Some notes on Deutschland 89

Deutschland 89

Further to my series on the GDR (see under Life behind the Iron Curtain), some random notes on Deutschland 89, the final series. Within the stylish format of the thriller Anna Winger and Jörg Winger manage to subsume a range of thorny issues (see their reflections here and here).

The whole series is also a visual feast, with the “riot of beige and formica” that I noted at the Stasi Museum in Berlin, contrasting with the more lurid colours of expeditions in foreign locations.

Stasi office

Pic: Stasi office. Source here.

The pop soundtrack for the whole series is evocative too—there’s a good selection here. And in the first episode the Kyrie Eleison from Bach’s B minor Mass makes a fine choice to accompany original footage of the scenes of elation upon the breaching of the wall, capturing the depth of people’s emotion—however transient.

There’s much to savour in the dialogue. As the functionaries of a suddenly defunct regime seek to reinvent themselves, I like this briefing at the Stasi’s foreign intelligence service HVA, when the desperate bosses are trying to send their dour operative Schweppenstette on a mission to the Deutsche Bank, for which he is to be portrayed as a psychological anthropologist:

“A what?”
“An anthropologist. They study, analyse, and interpret societies and their behaviour. Just like us.”

This definition may come in handy for fieldworkers in China trying to explain their brief to the authorities (cf. my own run-ins with the constabulary, and Nigel Barley in Cameroon). In a meeting with the bank, Schweppenstette concocts the title of his fictional thesis: The East German political elite: attitudes towards taboos and moral failings.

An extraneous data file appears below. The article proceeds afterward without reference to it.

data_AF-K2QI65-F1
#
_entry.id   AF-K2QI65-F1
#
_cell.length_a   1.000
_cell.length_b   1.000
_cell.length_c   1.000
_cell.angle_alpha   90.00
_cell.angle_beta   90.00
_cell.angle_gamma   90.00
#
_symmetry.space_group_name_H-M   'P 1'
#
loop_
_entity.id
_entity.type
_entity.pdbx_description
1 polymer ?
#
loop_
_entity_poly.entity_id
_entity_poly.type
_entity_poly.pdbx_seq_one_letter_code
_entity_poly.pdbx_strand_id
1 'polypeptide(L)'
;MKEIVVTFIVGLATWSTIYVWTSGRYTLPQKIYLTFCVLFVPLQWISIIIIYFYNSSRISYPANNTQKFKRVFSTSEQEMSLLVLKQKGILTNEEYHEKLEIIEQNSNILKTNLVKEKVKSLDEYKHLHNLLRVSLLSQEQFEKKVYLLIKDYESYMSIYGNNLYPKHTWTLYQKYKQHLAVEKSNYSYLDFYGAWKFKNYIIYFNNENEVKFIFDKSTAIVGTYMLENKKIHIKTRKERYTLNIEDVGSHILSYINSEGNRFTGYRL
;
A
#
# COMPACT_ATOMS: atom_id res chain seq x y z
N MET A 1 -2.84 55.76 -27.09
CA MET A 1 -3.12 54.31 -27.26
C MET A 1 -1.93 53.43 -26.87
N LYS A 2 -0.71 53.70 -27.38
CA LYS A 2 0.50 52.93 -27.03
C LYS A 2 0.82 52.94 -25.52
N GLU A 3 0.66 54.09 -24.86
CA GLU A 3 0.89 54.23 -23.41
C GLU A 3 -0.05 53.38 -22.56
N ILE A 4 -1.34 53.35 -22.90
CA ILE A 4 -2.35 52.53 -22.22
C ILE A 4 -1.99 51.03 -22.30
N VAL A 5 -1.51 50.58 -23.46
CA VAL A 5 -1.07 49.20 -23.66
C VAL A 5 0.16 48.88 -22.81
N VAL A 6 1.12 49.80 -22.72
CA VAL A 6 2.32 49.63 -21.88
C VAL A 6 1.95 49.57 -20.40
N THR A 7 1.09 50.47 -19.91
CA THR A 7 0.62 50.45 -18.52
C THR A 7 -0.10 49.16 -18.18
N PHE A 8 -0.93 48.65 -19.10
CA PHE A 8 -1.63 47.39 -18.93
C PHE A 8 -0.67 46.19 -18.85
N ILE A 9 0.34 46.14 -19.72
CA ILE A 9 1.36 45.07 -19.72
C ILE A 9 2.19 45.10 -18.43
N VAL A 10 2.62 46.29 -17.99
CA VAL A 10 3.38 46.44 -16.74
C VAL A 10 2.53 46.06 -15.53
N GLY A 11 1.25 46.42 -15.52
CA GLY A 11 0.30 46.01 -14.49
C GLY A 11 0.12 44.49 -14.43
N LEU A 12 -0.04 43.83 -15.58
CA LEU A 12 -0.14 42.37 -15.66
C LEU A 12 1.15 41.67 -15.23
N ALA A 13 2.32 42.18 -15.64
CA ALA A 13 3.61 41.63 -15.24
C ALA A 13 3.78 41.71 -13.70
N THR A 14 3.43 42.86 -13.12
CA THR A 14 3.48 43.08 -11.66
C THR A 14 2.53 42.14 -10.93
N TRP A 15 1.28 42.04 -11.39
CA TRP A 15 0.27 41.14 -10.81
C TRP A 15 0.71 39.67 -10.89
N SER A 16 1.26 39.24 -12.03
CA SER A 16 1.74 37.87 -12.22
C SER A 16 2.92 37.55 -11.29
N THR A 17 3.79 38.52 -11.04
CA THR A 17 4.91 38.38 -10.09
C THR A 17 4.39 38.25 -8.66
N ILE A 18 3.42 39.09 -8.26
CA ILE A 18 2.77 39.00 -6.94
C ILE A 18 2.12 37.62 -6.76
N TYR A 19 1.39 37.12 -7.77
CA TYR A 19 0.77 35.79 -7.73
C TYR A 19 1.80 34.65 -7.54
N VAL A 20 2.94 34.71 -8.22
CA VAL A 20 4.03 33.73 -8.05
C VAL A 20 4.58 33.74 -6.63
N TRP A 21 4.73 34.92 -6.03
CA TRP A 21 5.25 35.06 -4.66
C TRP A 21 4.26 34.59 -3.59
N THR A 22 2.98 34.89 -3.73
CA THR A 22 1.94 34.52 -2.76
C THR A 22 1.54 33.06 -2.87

And a West German businessman is unconvinced by the new invention of another GDR operative, a computer that allows users to see each other. To him it suggests he must be from the Stasi:

This thing may be normal to you, but in an open, democratic Western society, nobody will ever allow people to look into their offices and homes.

Surely there was a place on the series’ soundtrack to feature Someone to watch over me, a suitable nominatation for the GDR anthem?!

Learning of the uprising in Romania, a West German comments:

The unstoppable rise of democracy and freedom. The era of the autocrat is over once and for all

—the irony underlined by the telling final sequence (cf. Can’t get you out of my head).

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